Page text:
[I]SIS’s caliphate project, because it offers a bracing utopian alternative to Western secular society, speaks directly to those who feel their lives are worthless, spiritually corrupted, empty, boring, or devoid of purpose and significance, and who see no value in their own societies. It promises, in short, salvation and ultimate meaning through total commitment to a sacred cause. “I don’t think there’s anything better than living in the land of Khilafah,” or caliphate, said one British jihadist in a video, “Eid Greetings from the Land of the Khilafah,” released last summer by ISIS’s media arm. “You’re not living under oppression. … You’re not living under kuffar [unbelievers]. … We don’t need any democracy. … All we need is shariah.”
Similar themes come out strongly in a recent report on female Western migrants. Based on the social-media postings of self-identified migrants apparently within ISIS-controlled territory, the authors found that estrangement from Western society and anger at perceived injustices against Muslims worldwide, together with a strong sense of religious calling and an unwavering faith in the rectitude of the newly emerging caliphate, form the basis for why these women journey to ISIS.
From this, it is clear that their departures owe as much to perceived corruption and oppression at home as to a desire to see in the Islamic State a utopian society free of any such secular perversions. This may also explain how, despite all the evidence, Western migrants to the caliphate can ignore or discount the mountain of incriminating evidence against ISIS, and risk everything to join it.
In Britain, where Prime Minister David Cameron just this week introduced a counterterrorism strategy as part of what he called “the struggle of our generation,” debate over ISIS and its recruitment methods has become unhelpfully polarized. On the one side are those, including British officials, who portrayISIS recruits as “vulnerable” or impressionable youth who, despite their murderous intentions or actions, are actually victims. On the other side are those, often academics and human-rights activists, who similarly argue thatISIS recruits are victims, but of oppressive government policies and actions rather than sinister jihadist groomers. The problem with both lines of argument is that they deny the agency of those who join ISIS, and obscure the religious idealism that motivates them.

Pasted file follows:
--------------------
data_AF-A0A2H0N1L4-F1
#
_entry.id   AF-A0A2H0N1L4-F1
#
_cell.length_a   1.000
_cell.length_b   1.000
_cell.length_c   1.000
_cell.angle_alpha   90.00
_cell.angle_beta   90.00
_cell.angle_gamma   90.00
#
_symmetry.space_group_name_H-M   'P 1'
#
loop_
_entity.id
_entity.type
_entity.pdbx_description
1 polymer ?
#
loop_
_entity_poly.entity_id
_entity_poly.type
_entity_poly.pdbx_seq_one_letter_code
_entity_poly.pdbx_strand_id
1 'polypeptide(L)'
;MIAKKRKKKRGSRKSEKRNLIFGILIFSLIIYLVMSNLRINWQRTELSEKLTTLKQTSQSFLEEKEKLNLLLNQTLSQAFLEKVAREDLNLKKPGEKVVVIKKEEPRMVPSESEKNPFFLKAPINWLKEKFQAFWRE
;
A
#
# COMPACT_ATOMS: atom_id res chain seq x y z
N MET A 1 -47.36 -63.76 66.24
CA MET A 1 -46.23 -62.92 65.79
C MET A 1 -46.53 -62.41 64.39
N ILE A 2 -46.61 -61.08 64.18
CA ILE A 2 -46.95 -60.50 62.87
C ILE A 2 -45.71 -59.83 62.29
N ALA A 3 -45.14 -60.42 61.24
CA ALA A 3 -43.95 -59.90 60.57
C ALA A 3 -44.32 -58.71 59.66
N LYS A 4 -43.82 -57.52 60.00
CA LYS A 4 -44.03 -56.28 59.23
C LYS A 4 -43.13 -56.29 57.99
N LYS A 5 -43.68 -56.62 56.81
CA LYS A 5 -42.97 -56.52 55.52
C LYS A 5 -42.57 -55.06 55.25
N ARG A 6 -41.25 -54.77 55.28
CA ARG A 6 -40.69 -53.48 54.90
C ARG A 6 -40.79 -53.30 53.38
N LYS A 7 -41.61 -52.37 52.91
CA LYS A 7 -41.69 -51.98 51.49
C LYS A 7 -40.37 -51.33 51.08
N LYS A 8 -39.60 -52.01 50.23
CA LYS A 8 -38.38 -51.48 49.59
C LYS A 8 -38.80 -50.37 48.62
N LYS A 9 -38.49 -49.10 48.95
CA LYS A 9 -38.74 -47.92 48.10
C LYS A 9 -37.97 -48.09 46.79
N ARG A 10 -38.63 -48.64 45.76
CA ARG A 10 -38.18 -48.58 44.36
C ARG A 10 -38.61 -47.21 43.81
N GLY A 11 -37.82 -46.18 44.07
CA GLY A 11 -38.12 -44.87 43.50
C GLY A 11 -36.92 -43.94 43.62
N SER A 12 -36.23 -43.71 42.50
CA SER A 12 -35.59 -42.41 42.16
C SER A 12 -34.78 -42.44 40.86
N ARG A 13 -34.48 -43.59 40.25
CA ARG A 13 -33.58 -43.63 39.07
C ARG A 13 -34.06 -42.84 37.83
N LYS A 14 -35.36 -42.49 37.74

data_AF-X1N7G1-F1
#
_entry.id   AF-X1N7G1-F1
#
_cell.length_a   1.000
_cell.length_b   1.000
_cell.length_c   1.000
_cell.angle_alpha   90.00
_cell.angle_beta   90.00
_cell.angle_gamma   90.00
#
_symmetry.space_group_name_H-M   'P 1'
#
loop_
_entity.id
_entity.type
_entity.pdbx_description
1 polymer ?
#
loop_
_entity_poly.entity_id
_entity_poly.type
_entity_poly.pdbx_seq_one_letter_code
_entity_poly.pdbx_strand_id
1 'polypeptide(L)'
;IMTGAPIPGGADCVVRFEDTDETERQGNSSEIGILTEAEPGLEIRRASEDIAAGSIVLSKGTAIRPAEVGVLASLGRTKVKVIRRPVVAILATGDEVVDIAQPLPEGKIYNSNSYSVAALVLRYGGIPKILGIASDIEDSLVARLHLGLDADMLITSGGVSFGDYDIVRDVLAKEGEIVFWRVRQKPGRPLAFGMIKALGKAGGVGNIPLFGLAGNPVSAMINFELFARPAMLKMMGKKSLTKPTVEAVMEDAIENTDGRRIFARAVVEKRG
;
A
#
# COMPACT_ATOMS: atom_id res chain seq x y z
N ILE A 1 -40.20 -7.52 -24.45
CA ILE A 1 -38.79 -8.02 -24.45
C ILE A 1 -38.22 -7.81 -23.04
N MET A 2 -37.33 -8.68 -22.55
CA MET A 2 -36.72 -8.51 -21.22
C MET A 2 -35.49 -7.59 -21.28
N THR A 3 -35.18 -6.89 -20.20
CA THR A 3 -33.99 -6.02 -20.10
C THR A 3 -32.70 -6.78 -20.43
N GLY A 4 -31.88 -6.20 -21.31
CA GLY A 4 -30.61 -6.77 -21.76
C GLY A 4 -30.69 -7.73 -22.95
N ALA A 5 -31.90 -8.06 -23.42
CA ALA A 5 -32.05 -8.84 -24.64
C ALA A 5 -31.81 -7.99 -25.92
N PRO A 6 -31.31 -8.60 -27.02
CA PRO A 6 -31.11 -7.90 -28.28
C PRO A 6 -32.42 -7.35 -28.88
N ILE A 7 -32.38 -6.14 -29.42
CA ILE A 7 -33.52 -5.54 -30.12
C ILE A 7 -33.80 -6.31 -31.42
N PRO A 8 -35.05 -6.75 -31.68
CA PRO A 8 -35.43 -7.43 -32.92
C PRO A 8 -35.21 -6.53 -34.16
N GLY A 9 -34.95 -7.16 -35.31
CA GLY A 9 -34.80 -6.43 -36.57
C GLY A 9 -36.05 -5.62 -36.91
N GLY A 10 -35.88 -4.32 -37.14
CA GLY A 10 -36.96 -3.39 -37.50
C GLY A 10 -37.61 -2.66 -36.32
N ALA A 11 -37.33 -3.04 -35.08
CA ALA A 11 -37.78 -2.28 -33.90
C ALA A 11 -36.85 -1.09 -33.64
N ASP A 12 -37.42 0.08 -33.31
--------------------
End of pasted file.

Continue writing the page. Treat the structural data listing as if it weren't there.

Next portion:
One of the biggest challenges associated with countermessaging efforts against ISIS is how to prompt would-be migrants to rethink their favorable perceptions about the group and its self-proclaimed state. This is less a problem of finding the “right” narrative than of reconfiguring individual human desire, because it is possible that, at some deep psychological level, would-be migrants to ISIS want to be deceived about its widely reported depredations. As Christina Nemr, a former U.S. counterterrorism advisor, recently observed, people “push ‘threatening information’ away in favor of information that confirms their own beliefs.”
It is hard enough to sway those who have yet to make up their minds about ISIS— the so-called “fence-sitters.” But it is monumentally harder to sway those who, because of their idealism and estrangement from their own societies, want or need to see the best in ISIS
Simon Cottee is a senior lecturer in criminology at the University of Kent. He is the author of the forthcoming book The Apostates: When Muslims Leave Islam.